New Grad RN Internship Worth it?

  1. 0
    I'm a nursing student who works in a hospital that does not hire new grads, but they have a new grad internship program open to internal applicants only. I know if I do it, I will likely get hired in the hospital afterward, but it's 36 hours a week unpaid for 3 months, plus you have to keep your other non-nursing job. I'm not sure if it's worth the 3-month wait to finally start working as a nurse. My family is expecting me to find WORK after graduation, not have 3 more months of full time unpaid training. Is it something I should jump on, or should I just get a non-hospital job elsewhere so I can actually start working? What do you think?
  2. 10 Comments so far...

  3. 0
    That sucks! I was just accepted into a new grad internship that is terrific and it is paid. I don't know if I would do this. I would really have to look at my options.
  4. 0
    I guess it depends how hiring is in your area. Are there other opportunities? The hospitals sure have it made these days...
  5. 2
    Agree with PPs - you need to weigh all issues to determine whether this would be the right move for you.

    FWIW, 'unpaid' new grad programs are becoming more common as hospitals are trying to cope with drastic cuts in reimbursement. In many cases, it's either than or simply refusing to hire new grads at all. Most of these programs do provide a stipend to cover program-related expenses such as parking, uniform, meals, etc.

    Sorry about your family's unrealistic expectation - they obviously don't understand that transition programs are needed because school experience does not really prepare a nursing grad for the workforce.
  6. 1
    It really stinks that the program would be unpaid. Of course you should make sure it would be doable to work both jobs at once, but it may be worth it if there aren't many opportunities in your area for new grads. The three months will be very hard but they will probably go by fast with how busy you'll be. As long as you don't have to work days and nights at the same time, I think you should do it- unless you have a good job lead somewhere else, don't like your hospital, or you want to work in a non-hospital job. Three months is not a very long time to wait these days. I have friends who graduated with me over a year ago who have yet to find work...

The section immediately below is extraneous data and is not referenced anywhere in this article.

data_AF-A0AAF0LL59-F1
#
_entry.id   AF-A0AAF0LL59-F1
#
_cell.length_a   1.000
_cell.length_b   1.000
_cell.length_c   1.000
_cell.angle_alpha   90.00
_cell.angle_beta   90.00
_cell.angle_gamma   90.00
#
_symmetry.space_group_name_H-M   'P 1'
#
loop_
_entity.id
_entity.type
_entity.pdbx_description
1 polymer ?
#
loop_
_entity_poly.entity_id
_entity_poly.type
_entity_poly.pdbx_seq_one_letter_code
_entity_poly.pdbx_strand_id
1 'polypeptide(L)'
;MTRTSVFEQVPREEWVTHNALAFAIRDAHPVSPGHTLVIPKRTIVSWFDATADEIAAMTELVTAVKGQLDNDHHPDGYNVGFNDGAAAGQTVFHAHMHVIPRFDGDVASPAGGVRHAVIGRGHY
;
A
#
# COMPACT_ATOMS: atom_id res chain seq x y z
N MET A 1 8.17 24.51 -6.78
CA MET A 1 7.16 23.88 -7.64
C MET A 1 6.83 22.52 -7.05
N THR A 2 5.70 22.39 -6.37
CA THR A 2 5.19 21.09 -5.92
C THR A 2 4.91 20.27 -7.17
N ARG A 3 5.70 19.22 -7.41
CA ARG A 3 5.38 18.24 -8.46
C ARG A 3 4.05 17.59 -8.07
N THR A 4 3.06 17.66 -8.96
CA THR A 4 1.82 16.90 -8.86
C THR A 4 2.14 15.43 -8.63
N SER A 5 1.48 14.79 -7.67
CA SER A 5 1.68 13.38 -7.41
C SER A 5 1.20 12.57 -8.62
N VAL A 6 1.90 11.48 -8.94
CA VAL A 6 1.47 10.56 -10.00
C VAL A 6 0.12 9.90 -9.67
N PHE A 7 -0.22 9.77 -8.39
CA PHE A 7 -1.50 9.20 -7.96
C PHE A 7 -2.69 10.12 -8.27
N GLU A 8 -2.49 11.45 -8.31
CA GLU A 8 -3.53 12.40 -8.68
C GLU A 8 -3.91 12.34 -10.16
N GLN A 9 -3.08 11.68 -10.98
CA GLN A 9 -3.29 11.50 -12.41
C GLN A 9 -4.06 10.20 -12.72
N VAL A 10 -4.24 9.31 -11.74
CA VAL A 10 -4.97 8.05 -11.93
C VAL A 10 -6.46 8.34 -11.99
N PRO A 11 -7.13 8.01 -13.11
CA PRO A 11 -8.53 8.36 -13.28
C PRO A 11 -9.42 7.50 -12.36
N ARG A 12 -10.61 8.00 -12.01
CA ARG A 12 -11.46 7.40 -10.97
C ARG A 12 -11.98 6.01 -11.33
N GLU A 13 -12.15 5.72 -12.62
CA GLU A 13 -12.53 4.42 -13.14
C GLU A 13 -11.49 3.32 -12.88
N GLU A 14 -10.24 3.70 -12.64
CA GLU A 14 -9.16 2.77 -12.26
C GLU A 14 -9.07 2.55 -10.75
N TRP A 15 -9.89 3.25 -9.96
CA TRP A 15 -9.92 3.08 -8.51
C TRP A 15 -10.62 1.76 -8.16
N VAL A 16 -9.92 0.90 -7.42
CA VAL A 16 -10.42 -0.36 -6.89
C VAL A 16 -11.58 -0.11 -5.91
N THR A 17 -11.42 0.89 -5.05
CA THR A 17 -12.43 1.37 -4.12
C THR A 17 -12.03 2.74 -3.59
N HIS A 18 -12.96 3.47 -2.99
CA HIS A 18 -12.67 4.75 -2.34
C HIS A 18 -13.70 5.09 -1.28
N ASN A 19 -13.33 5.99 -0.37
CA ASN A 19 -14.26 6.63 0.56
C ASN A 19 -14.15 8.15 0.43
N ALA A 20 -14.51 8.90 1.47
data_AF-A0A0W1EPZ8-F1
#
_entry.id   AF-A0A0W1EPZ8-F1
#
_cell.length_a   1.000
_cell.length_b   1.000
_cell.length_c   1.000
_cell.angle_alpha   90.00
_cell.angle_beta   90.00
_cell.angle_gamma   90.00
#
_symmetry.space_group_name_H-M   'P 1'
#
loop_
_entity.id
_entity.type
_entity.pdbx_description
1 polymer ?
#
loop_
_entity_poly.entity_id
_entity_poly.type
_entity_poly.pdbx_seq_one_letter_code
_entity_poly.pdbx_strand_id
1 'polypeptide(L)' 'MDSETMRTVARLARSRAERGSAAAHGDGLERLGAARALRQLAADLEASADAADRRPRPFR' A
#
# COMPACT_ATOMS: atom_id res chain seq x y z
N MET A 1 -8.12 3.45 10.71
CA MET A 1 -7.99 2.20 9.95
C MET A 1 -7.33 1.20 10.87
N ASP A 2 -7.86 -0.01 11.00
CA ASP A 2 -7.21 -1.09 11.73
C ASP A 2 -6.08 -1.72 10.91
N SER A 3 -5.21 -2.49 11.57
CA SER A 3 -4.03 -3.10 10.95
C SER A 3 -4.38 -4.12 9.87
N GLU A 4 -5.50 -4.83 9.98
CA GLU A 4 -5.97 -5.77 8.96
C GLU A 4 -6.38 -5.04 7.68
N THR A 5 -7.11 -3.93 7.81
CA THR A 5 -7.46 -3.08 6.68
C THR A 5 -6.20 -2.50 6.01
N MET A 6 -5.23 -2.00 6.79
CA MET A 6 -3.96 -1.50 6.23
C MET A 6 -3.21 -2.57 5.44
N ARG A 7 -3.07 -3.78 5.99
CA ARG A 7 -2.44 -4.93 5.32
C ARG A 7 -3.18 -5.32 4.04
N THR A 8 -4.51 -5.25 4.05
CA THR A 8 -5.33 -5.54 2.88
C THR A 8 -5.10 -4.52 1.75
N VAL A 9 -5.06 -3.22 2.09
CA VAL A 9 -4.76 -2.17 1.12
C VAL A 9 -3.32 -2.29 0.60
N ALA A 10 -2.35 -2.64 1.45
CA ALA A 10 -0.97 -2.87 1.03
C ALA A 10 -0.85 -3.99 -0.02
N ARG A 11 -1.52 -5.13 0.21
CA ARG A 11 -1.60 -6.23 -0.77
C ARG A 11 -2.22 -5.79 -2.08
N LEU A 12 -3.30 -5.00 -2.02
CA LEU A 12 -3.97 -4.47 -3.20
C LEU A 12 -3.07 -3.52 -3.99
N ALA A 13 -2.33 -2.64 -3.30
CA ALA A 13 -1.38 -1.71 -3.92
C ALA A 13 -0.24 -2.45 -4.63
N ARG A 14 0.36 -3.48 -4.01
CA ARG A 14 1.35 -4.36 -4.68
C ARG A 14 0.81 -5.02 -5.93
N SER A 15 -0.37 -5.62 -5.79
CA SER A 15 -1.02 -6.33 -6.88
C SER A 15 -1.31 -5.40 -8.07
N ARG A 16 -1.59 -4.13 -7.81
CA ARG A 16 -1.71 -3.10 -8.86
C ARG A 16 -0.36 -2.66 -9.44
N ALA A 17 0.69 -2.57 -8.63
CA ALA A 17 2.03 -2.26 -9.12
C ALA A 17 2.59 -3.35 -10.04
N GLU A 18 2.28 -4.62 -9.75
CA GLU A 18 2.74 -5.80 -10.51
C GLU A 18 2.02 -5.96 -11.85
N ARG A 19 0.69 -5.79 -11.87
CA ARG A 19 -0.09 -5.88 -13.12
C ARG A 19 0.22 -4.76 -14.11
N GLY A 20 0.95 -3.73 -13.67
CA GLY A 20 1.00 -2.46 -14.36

NightBloomCereus likes this.
  7. 4
    I'll come out and say it: unpaid internships are insane and it hurts the rest of us who busted our humps to get licensed. Not only does it water down the pay, but it is essentially saying that your license is worth nothing (which the hospital damn well knows is not the case). As an unpaid NURSE will they expect you to assess and document under your license? Will they ask you to pass medications under your license? Will you do a treatment under your license? If the answer is yes then you should be paid for doing work under your license. It's offensive. That being said, the job market sucks. It would not be my first choice, but I'm not one to pass judgement on someone who entered into this situation because, ultimately, a job is a job.